Are you too paranoid about coronavirus? Or not paranoid enough? Where’s the line, anyway? Is Yoshi Lu on the correct side of it? Is Katherine Ingraham?
Lu is a Medford man who has stopped going to the gym because even the spritz bottles used to clean the equipment seem suspect. “No one cleans the bottles themselves,” said Lu, a senior educator at the Gibson House Museum in Back Bay.
There’s no way for him to know where other gym members have traveled, or who they’ve been in contact with. “It’s ‘Six Degrees of Kevin Bacon,’ ” he said of the parlor game, corona version.
Ingraham is a Brookline interior design consultant with a joie de vivre attitude who is going ahead with a trip to London, even though her daughter’s choir canceled its UK tour.
“We are definitely going to pay attention to our environment,” she said, “but London seems to be business as usual and I don’t think it makes sense to put your life on hold.”
With coronavirus cases multiplying exponentially, and social norms changing rapidly, the border between prudence and nervous Nellie-ism, is moving fast. What might have seemed alarmist two weeks ago — beware the gas station’s self-serve nozzle because it might be contaminated — now sounds kind of wise.
The stakes are so high. It’s not just about keeping yourself from getting sick, it’s about not spreading the illness to others. But in the face of scant specific advice from leaders, except to avoid cruise ships, Bostonians are wondering whose precautions should we follow?
MIT has banned events with more than 150 people. Does that mean it’s OK to go to wedding as long as the bride keeps the guest list to 149? What if a “no” RSVP comes after all?
The drug giant Takeda, with some 5,000 employees in Massachusetts, is telling workers who come to the office to keep six feet away from each other. Does that mean you can safely go to an intimate dinner party as long as you keep your distance from other guests? Can you toss the butter?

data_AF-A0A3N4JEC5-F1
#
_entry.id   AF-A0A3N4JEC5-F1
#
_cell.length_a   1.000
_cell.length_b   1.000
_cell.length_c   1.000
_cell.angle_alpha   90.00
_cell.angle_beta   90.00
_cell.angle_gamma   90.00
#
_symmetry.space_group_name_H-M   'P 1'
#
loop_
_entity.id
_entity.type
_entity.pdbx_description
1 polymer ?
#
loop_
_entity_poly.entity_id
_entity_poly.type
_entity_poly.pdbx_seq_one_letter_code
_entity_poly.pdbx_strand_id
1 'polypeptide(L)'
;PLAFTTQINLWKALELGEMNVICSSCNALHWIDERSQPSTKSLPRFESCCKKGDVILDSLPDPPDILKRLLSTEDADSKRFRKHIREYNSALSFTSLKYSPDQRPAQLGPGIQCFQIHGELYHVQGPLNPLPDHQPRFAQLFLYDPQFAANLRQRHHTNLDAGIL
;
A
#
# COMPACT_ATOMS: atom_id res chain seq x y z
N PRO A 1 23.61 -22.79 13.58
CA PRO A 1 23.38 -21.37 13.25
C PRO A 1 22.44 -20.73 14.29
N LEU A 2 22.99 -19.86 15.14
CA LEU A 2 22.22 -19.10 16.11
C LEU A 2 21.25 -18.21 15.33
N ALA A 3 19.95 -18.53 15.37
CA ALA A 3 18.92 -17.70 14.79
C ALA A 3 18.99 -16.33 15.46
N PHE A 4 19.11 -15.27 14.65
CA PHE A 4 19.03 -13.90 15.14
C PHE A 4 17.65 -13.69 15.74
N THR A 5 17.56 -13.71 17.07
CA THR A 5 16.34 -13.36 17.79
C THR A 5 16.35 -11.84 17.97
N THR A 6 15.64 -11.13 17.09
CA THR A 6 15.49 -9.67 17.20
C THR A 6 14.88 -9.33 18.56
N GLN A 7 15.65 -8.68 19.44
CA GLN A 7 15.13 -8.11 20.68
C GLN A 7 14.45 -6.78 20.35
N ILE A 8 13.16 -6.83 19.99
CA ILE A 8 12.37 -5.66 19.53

Starbucks has halted the use of reusable cups. So maybe you shouldn’t touch a water glass in a restaurant if the waiter who handles it isn’t wearing gloves? What if the gloves themselves are contaminated?
“I’m a mess of contradictions,” said writer Beth Jones. She’s stopped going to the public library “because it’s not well-ventilated,” but she’s also looking for international hotel deals. “I’m trying to figure out what to do on a minute-by-minute basis.”
The world is waiting to see where the spiraling epidemic will go, but one thing is already clear: We’ve definitely reached the judgment phase.
In Boston, an office worker who brought a towel soaked in bleach solution to sanitize his keyboard and phone scoffed when told of a woman who had bought a second freezer for supplies. As if her planning was over the top but his precautions weren’t.
“Is she expecting the siege of Leningrad?” he asked.
People downplaying the coronavirus’s danger are being accused of acting like Trump. People texting corona death reports to friends and family are being accused of fear mongering.
But the epidemic is so big, so scary, that many people are not only judging others but themselves.
In the span of one brief conversation at the Fenway Target on Sunday morning, Angela Marini, a project manager for a large Boston firm, criticized people for overreacting and then speculated she herself might go bananas.
“People are so crazy that soon we are going to run out of bottled water,” she said. Then, a few minutes later: “But talk to me in one month, I don’t know what I”ll tell you.”
As cancellations mount, costing people money and opportunities, a backlash is forming.
At Worcester Polytechnic Institute students unhappy that the school canceled travel for international projects have signed a petition on Change.org urging the school to allow the students to make their own decisions.
The coronavirus is as vast as the entire world, but also as tiny as the marital bedroom. Which is to say it has, of course, entered the family and marital counseling space. “People have different ideas about how much caution to exercise,” said Liz Brenner, a clinical social worker in Watertown.
Such is the divide that in one suburb, a wife is planning to hide hundreds of dollars of emergency supplies from her beloved. “I’m paying cash,” she said.
Oh, for the good old days, when people concealed designer handbags and expensive fishing reels from each other, and the scariest thing about a cruise was the weight gain.